The authors study the impact of a national road construction program that brought access to previously unconnected pincodes in India, on stock market participation. Using a unique dataset on the trading behavior of over 13 million individuals, the authors find that construction of new feeder roads to a pincode increases the number of new investors by 28.7% and the number of trades by 64.5% and the effects are larger for rural vs. urban areas and for pincodes at intermediate levels of development. The stock market participation effects are largely driven by new bank branch openings within three years of the road construction suggesting a financial inclusion channel. The authors also see greater effects for pincodes more distant from the nearest big city, greater portfolio diversification, and increased trading in companies located farther away, all suggesting an information channel.

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About the Seminar Series

Financial market development goes hand-in-hand with economic growth. The development of China’s capital markets in terms of size, regulations, capability, and efficiency has been impressive. China may now even lead globally in some dimensions, notably e-payments systems. Yet, China’s capital markets are still a work-in-progress facing both generic and unique challenges. Other Asian capital markets have even greater uneven development. Some in advanced Asian economies have acquired globally acclaimed reputation and capabilities while various regulatory and structural weaknesses dwarf others. Corporations and investors have been inclined to arbitrage cross-border regulatory and developmental gaps; so the very uneven status of capital markets across Asia is a policy issue for the governments in the entire region and perhaps globally. Analyzing the positive and negative lessons in the functioning of Asia’s capital markets, and identifying reforms and applications of technology that could further improve Asian capital markets’ allocation efficiency, financial inclusion, and forewarning against reforms that might cause problems can benefit practitioners, policymakers and researchers, and can contribute significantly to overall prosperity.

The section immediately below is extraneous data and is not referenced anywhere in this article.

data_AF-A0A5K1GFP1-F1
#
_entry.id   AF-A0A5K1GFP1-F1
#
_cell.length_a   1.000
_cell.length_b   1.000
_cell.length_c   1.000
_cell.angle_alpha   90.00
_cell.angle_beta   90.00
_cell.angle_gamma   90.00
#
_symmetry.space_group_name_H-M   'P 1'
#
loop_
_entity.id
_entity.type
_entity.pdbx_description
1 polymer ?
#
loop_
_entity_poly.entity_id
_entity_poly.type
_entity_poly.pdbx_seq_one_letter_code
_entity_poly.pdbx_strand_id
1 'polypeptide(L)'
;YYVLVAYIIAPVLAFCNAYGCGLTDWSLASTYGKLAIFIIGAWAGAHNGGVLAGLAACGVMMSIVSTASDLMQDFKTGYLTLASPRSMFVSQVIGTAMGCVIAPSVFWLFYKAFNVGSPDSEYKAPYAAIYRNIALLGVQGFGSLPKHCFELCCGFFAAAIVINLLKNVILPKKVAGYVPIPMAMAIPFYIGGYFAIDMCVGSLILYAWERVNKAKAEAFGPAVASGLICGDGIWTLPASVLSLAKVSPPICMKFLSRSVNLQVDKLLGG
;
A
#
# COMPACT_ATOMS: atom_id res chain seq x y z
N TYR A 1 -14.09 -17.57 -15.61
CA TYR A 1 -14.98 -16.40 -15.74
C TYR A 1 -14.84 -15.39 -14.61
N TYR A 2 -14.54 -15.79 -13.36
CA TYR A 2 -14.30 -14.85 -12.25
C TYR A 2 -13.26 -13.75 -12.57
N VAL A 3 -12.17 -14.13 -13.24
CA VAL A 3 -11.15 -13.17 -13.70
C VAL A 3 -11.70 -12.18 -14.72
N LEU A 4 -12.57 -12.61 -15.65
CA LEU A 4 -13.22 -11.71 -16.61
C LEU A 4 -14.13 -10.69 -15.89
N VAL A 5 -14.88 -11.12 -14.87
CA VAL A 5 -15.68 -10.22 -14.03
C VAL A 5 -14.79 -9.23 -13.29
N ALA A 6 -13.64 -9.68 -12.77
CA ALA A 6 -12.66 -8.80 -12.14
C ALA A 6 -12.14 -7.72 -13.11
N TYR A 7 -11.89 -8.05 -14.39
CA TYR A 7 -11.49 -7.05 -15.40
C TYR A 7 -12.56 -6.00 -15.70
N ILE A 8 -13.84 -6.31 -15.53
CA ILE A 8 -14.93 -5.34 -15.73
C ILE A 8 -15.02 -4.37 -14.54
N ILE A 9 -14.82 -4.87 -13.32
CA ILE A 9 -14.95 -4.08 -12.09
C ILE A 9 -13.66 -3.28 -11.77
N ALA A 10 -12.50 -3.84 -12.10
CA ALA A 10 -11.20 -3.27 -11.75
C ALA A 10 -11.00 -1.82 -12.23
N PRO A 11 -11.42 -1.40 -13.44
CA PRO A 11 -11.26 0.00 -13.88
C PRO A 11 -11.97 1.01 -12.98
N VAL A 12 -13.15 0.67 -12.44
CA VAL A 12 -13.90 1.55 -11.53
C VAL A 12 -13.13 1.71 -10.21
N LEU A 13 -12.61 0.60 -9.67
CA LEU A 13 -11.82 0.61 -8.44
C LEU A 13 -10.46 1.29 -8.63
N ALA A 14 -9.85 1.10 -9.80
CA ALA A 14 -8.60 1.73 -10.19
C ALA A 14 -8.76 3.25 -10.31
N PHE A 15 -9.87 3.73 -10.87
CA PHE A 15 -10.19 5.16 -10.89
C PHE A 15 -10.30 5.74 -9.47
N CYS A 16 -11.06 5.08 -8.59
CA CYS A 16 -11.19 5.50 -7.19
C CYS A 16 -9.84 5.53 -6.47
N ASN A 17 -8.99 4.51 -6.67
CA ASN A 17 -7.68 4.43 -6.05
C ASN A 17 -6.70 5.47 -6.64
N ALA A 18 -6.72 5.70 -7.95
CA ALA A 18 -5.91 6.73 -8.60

The ABFER and the University of Chicago’s Becker Friedman Institute China (BFI-China), in collaboration with National University of Singapore (NUS) Business School, Shanghai Advanced Institute of Finance (SAIF), The Chinese University of Hong Kong (CUHK) Department of Economics, CUHK-Shenzhen and Tsinghua University PBC School of Finance (Tsinghua PBCSF), hope to provide a virtual network to benefit researchers, policymakers, and practitioners from Asia and beyond.

All times are listed in China Standard Time.